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Understanding the Microsoft Best Practices Analyzer for Windows SharePoint Services 3.0 and the 2007 Microsoft Office System Rule File

Since my original post Microsoft Best Practices Analyzer for Windows SharePoint Services 3.0 and the 2007 Microsoft Office System Available! , I’ve received several comments and requests for information on how to create custom rule definitions that can be used with the Microsoft Best Practices Analyzer for Windows SharePoint Services 3.0 and the 2007 Microsoft Office System. The article below references the basic steps required to create and use custom rule definitions.


The default rule definitions for the Microsoft Best Practices Analyzer for Windows SharePoint Services 3.0 and the 2007 Microsoft Office System are contained within sharepointbpa.config.xml.  sharepointbpa.config.xml is available in the directory specified during the installation.



 

The Object element defines the object to be parsed using the Type element. In the example above, the configuration database connection string is gathered from the Registry key SOFTWAREMicrosoftShared ToolsWeb Server Extensions12.0SecureConfigDBdsn as CONFIG_DB_CONN. The connection string is stored in the dsn key as Data Source=;Initial Catalog=;Integrated Security=True;Enlist=False. CONFIG_DB_CONN is used for variable substitution when executing T-SQL statements against the configuration database. Variable substitution defines the server name through the command line switch -substitution SERVER_NAME. 


In the Incoming E-Mail test (below), the connection string is passed to the statement as %CONFIG_DB_CONN% and the subsequent statement executed as select count(*) AS WSS_INCOMING_EMAIL from dbo.objects where classid = ‘b0bde0e6-6fb0-4f14-a93f-93170dc5b3ed’. This statement returns a numeric value of TRUE = 1 or FALSE = 0. If the result of the statement is less than 1 using the Query attribute value of Windows SharePoint Services 3.0 and the 2007 Microsoft Office System rule file.



 
   
 

The example below is a custom rule definition that verifies the installation of the SQL Server 2005 Reporting Services Web Part Package.



 
 

In the above example, I elected to obtain a count of Web Part packages whose title is equal to rswebparts.cab, if the result was less than 1, the rule is instantiated and my custom error definition rendered in the output report file.


Rule definitions can also include Registry checks for specific key values and/or name sets. The example below was taken from the default rule file packaged with the Microsoft Best Practices Analyzer for Windows SharePoint Services 3.0 and the 2007 Microsoft Office System.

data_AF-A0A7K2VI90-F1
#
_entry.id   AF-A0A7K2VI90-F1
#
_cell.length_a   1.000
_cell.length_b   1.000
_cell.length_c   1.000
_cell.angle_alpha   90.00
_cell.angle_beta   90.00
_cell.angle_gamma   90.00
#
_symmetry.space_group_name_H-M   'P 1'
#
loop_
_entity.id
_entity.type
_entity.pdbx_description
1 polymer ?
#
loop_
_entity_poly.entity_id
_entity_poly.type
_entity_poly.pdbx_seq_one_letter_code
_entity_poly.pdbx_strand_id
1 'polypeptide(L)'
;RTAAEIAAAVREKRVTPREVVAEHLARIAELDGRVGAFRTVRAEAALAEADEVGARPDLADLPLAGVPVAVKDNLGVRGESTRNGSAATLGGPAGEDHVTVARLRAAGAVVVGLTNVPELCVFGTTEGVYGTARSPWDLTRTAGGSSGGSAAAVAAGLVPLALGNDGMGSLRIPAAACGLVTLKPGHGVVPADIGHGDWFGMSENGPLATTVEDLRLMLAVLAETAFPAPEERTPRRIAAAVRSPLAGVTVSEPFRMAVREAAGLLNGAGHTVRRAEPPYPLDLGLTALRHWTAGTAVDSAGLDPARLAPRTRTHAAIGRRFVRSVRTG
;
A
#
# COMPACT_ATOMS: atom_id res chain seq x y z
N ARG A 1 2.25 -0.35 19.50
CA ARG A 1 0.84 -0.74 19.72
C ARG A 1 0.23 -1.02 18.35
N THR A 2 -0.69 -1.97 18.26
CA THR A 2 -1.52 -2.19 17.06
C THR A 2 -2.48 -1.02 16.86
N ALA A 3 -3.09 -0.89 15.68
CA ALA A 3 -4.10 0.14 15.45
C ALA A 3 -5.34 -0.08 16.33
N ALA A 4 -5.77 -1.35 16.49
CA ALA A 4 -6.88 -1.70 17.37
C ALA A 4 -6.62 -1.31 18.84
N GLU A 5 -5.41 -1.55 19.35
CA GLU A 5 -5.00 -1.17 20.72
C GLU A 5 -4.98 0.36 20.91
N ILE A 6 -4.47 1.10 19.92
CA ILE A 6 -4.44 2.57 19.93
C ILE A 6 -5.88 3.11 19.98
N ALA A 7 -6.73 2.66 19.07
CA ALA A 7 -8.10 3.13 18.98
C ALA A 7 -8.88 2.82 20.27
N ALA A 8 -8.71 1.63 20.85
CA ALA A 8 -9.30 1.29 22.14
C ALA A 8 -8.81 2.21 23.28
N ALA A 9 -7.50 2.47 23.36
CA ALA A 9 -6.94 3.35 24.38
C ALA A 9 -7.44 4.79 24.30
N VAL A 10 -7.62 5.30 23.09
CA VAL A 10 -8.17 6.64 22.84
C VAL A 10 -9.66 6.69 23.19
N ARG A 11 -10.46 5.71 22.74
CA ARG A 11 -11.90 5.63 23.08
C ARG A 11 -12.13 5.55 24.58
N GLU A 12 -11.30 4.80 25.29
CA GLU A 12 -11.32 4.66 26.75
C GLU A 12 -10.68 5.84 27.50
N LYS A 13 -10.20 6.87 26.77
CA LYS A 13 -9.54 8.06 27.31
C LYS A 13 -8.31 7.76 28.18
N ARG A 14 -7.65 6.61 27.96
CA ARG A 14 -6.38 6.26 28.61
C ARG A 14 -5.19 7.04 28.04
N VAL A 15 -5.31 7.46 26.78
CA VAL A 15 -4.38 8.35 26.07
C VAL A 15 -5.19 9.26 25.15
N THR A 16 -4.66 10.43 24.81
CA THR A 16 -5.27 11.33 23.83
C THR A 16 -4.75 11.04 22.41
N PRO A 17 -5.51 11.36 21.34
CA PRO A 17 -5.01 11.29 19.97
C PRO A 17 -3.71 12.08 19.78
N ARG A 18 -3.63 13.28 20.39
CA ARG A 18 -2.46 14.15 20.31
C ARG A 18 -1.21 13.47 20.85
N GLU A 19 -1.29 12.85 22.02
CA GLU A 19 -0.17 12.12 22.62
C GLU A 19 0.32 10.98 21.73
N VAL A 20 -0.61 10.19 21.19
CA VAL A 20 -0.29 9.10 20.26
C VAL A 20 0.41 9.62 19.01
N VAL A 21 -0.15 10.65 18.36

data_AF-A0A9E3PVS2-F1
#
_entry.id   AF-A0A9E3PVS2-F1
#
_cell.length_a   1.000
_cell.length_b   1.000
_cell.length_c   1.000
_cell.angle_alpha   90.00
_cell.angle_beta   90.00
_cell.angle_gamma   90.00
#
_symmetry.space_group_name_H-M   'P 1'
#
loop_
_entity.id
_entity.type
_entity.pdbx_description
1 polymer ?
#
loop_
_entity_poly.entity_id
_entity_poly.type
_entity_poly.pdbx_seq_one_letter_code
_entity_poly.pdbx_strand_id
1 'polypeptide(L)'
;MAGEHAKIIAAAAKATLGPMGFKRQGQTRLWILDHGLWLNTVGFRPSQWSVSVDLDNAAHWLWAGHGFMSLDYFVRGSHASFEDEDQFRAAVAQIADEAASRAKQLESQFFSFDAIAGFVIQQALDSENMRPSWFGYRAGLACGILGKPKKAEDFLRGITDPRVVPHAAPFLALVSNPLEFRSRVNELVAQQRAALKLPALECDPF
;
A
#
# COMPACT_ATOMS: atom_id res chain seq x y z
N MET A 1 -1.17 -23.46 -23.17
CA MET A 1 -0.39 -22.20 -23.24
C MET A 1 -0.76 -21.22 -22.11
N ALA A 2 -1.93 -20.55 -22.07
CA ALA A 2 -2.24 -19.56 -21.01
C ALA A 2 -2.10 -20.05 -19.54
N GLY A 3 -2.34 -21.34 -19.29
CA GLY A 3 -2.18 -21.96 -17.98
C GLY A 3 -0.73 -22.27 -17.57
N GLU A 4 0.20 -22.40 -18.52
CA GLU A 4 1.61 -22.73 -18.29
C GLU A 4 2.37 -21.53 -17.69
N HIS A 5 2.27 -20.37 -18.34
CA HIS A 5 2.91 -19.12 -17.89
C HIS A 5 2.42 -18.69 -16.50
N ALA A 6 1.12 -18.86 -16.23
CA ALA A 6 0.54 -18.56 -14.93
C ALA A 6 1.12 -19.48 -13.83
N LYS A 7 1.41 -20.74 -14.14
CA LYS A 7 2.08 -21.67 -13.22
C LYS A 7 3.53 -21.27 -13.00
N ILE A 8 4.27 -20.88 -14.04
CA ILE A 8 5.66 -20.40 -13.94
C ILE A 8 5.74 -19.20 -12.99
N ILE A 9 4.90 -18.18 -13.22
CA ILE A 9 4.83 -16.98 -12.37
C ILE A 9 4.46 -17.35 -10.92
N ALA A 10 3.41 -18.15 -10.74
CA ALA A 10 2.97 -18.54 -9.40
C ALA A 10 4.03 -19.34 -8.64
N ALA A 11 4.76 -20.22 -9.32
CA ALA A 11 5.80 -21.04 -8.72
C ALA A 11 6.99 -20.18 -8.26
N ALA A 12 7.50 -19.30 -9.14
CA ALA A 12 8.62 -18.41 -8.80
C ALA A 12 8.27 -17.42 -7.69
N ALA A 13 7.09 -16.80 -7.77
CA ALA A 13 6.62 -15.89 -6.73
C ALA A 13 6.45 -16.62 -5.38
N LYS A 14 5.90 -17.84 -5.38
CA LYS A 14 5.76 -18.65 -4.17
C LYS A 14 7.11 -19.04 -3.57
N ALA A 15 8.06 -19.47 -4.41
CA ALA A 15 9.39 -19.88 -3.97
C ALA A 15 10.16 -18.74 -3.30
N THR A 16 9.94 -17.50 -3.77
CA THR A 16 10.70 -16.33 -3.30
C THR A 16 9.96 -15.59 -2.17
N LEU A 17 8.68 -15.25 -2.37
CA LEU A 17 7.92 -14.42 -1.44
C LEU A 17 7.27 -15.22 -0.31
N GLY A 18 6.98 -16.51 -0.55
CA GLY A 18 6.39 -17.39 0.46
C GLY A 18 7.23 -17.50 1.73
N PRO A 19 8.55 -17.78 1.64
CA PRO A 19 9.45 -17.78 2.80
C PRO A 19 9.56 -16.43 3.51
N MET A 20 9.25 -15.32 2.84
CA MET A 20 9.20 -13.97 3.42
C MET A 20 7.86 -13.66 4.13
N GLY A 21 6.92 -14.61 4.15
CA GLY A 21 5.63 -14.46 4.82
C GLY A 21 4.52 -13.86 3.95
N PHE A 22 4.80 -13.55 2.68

The Object Type attribute defines the object to be parsed, in this case the Registry. The Key1 attribute is a substitution value that specifies the server name (see above). The attribtute, Key3, defines the path to be checked in the definition. In this example the path SYSTEMCurrentControlSetServicesWSSArpiPerformance is parsed and the Query attribute matches($.,’1′) applied to determine the existence of the key value Disable Performance Counters. If the value is present the rule is instantiated and written to the output report file.



 
   
 

In the above example, I elected to return the Windows SharePoint Services installation type from the Registry. Using the path SOFTWAREMicrosoftShared ToolsWeb Server Extensions12.0WSSSetupType in the Key3 and Key1 attributes the Query attribute matches($.,’CLEAN_INSTALL’) is applied and returns TRUE a value matching the text CLEAN_INSTALL, optionally this can be configured to return a result where the text does not match CLEAN_INSTALL. This is a fairly basic example of using rule definitions, but illustrates the rules definition capabilities that can be applied in the rule definition file.


The Microsoft Best Practices Analyzer for Windows SharePoint Services 3.0 and the 2007 Microsoft Office System can also be used to run checks against XML objects as shown in the example below taken from the default rule file packed with the Microsoft Best Practices Analyzer for Windows SharePoint Services 3.0 and the 2007 Microsoft Office System.


 
   
  
    $. and $. > 0″ Error=”Warning” Sev=”2″ Title=”Memory Cache Threshold is too Small” Text=”Memory cache threshold is set at {1}%. This threshold, together with the Maximum Private Bytes, determines the amount of caching that Excel Calculation Service within SSP {2} is able to provide. If you set the threshold lower than 30% cache performance is limited. We recommend that you configure this threshold to be greater than 30%.” P1=”$.” S2=”%SSP_DB_INSTANCE_NAME%” />
   
   
 

Among other object types that can be checked using the Microsoft Best Practices Analyzer for Windows SharePoint Services 3.0 and the 2007 Microsoft Office System are FILE, GROUP and METABASE types, the examples below were taken from the default rule file packaged with the Microsoft Best Practices Analyzer for Windows SharePoint Services 3.0 and the 2007 Microsoft Office System – I’m still experimenting with WMI so stay tuned!


     
       
       
         
         
       
      </Object>

     
       
       
       
         
         
           
           
         
       
      </Object>
    </Object>

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